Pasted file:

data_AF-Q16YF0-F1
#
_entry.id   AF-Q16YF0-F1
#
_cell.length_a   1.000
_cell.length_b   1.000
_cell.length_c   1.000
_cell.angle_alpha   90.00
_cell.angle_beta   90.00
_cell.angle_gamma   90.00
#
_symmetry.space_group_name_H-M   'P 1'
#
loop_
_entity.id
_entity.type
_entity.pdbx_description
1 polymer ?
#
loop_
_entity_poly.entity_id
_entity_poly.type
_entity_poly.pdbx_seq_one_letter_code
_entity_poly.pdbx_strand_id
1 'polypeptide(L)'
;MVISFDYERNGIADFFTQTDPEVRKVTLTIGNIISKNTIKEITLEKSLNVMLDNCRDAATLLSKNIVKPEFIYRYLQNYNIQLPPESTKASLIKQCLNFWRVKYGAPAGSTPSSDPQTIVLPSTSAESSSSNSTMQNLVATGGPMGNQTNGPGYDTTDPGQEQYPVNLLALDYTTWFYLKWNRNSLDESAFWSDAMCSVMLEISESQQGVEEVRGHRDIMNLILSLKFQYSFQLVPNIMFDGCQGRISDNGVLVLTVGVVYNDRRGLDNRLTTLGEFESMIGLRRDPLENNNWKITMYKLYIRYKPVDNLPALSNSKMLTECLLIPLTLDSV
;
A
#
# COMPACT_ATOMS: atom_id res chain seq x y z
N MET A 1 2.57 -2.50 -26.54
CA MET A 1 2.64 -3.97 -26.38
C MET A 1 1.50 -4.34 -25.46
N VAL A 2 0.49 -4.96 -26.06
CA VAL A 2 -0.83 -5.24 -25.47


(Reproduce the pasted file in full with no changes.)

data_AF-Q16YF0-F1
#
_entry.id   AF-Q16YF0-F1
#
_cell.length_a   1.000
_cell.length_b   1.000
_cell.length_c   1.000
_cell.angle_alpha   90.00
_cell.angle_beta   90.00
_cell.angle_gamma   90.00
#
_symmetry.space_group_name_H-M   'P 1'
#
loop_
_entity.id
_entity.type
_entity.pdbx_description
1 polymer ?
#
loop_
_entity_poly.entity_id
_entity_poly.type
_entity_poly.pdbx_seq_one_letter_code
_entity_poly.pdbx_strand_id
1 'polypeptide(L)'
;MVISFDYERNGIADFFTQTDPEVRKVTLTIGNIISKNTIKEITLEKSLNVMLDNCRDAATLLSKNIVKPEFIYRYLQNYNIQLPPESTKASLIKQCLNFWRVKYGAPAGSTPSSDPQTIVLPSTSAESSSSNSTMQNLVATGGPMGNQTNGPGYDTTDPGQEQYPVNLLALDYTTWFYLKWNRNSLDESAFWSDAMCSVMLEISESQQGVEEVRGHRDIMNLILSLKFQYSFQLVPNIMFDGCQGRISDNGVLVLTVGVVYNDRRGLDNRLTTLGEFESMIGLRRDPLENNNWKITMYKLYIRYKPVDNLPALSNSKMLTECLLIPLTLDSV
;
A
#
# COMPACT_ATOMS: atom_id res chain seq x y z
N MET A 1 2.57 -2.50 -26.54
CA MET A 1 2.64 -3.97 -26.38
C MET A 1 1.50 -4.34 -25.46
N VAL A 2 0.49 -4.96 -26.06
CA VAL A 2 -0.83 -5.24 -25.47